After breaking state hunting regulations, wildlife officials warned Montana Governor Greg Gianforte when he killed a wolf with a radio collar near Yellowstone National Park without following through the required trapping course.
The three hours online course gives the hunter how morally and authorized to carry animals.
A spokesman for the Republican governor said Gianforte had "immediately rectified" the mistake by entering the course this week. He was allowed to keep and hide the skull of the animal.
Greg Lemon, a spokesman for Montana Fish, Wildlife, and Parks, said it is legal to kill wolves in the state with a valid license.
Gianforte ambushed and shot the wolf on a ranch owned by the director of curator Sinclair Broadcasting, Robert E. Smith, which operates local news stations across the country, the Mountain West News Bureau reported. Smith is also a significant donor to Gianforte.
Lemon said, In such circumstances, we are practicing it as an educational opportunity and have declared a written warning. Well, everything related to the crop was done.
Wildlife officials determined he broke the rule by taking the wolf's carcass to a state game ranger in Helena to report the kill required by regulations, Lemon said.
The wolf was born in Yellowstone National Park and about six to seven years old. Park spokesman Morgan Warthin said he was fitted with a radio collar in 2018 to track his movements. The animal was part of the Wapiti Lake and 8 Mile packs in the park, then set off searching for a mate.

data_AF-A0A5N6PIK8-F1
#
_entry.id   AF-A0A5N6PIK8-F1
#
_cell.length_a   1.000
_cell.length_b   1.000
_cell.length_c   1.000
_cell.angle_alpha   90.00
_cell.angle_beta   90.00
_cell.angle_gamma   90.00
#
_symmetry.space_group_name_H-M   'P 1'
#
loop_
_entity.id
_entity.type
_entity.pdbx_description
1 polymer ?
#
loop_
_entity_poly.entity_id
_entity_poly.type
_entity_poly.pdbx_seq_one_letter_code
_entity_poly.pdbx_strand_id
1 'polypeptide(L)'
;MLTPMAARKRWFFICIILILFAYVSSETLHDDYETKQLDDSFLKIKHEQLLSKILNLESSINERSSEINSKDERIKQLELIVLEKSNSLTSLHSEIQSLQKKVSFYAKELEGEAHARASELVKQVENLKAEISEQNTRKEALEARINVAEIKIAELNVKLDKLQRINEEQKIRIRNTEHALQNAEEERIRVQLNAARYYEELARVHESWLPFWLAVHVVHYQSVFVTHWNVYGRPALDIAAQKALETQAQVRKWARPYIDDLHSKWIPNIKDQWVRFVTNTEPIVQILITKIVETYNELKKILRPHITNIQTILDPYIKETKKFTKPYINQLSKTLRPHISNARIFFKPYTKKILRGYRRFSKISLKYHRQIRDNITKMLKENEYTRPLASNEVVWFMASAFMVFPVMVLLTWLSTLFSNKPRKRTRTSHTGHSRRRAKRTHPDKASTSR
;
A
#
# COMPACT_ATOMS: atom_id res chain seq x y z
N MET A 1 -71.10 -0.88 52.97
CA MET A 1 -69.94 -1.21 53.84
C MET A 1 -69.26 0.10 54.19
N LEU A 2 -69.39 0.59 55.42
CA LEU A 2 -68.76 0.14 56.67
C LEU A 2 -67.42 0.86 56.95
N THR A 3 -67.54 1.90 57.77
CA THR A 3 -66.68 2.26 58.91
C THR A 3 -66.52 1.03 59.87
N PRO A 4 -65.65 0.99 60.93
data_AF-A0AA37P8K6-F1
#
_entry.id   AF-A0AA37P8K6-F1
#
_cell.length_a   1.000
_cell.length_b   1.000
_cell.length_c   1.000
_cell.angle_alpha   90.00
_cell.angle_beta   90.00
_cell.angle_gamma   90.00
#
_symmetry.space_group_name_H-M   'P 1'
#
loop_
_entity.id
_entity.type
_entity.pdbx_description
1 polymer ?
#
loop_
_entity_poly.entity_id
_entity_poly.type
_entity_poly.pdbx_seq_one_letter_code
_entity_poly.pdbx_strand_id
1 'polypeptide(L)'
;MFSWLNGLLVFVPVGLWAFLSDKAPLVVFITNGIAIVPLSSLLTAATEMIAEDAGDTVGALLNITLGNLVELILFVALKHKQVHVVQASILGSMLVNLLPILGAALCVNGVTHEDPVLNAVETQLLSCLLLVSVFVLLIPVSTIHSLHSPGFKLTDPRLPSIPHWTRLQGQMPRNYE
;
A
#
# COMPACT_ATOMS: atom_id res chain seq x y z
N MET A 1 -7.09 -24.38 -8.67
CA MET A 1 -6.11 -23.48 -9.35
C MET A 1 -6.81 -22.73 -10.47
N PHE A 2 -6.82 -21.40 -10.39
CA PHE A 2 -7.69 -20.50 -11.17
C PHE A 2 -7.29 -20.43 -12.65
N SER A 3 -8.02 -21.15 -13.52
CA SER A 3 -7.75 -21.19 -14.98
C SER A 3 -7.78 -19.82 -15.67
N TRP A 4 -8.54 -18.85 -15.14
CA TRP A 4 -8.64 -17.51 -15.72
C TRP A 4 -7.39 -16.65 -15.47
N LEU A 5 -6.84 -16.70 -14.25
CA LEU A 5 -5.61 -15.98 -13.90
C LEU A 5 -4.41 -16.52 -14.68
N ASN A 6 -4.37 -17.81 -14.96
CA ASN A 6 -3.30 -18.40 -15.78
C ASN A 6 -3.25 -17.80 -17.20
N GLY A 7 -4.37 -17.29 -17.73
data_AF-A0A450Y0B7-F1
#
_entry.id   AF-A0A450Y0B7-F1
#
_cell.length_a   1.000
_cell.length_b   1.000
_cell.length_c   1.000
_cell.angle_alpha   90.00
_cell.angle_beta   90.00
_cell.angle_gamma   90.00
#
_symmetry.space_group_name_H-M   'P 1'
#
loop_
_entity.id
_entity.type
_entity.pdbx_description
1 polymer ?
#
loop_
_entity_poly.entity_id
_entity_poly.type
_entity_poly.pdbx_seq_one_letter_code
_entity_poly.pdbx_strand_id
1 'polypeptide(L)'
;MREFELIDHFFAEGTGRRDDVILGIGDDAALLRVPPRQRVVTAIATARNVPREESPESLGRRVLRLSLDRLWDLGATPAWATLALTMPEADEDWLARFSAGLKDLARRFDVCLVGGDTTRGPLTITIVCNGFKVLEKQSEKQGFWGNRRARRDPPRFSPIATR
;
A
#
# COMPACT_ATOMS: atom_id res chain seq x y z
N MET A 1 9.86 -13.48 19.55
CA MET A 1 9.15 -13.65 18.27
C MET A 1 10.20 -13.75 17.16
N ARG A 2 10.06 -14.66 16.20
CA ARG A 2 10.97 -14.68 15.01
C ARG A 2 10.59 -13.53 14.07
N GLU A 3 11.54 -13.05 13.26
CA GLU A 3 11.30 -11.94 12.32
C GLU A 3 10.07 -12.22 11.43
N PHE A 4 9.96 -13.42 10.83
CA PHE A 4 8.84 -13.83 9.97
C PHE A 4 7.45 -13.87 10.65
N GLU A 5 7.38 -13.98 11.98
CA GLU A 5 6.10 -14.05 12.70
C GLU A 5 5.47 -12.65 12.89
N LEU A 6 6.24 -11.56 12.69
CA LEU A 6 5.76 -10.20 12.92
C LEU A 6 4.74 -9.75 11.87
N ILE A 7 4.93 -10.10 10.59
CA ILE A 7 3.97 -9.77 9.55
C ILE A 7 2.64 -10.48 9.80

It was the first wolf the governor killed, Gianforte spokeswoman Brooke Stroyke said.
Trappers have the option of releasing animals with radio collars so that they can continue to be used for research. The certification course includes instruction on the importance of radio-collared wolves in monitoring the population and dealing with wolf pack attacks on livestock.
Carter Niemeyer, a former wolf recovery coordinator for the US Fish and Wildlife Service, said wolves wearing radio collars were about to receive "terrible trophies" because the collars spoil the skin around their necks. And then symbolically, you have a wolf for which researchers have spent thousands of dollars, and then ask someone to kill the animal unconscious when they could have released it for research - that's a lot. That's a bad decision.
Gianforte also illegally killed a moose too young to harvest in 2000, which he admitted while running for Congress. After stating the blunder, he was fined $ 70.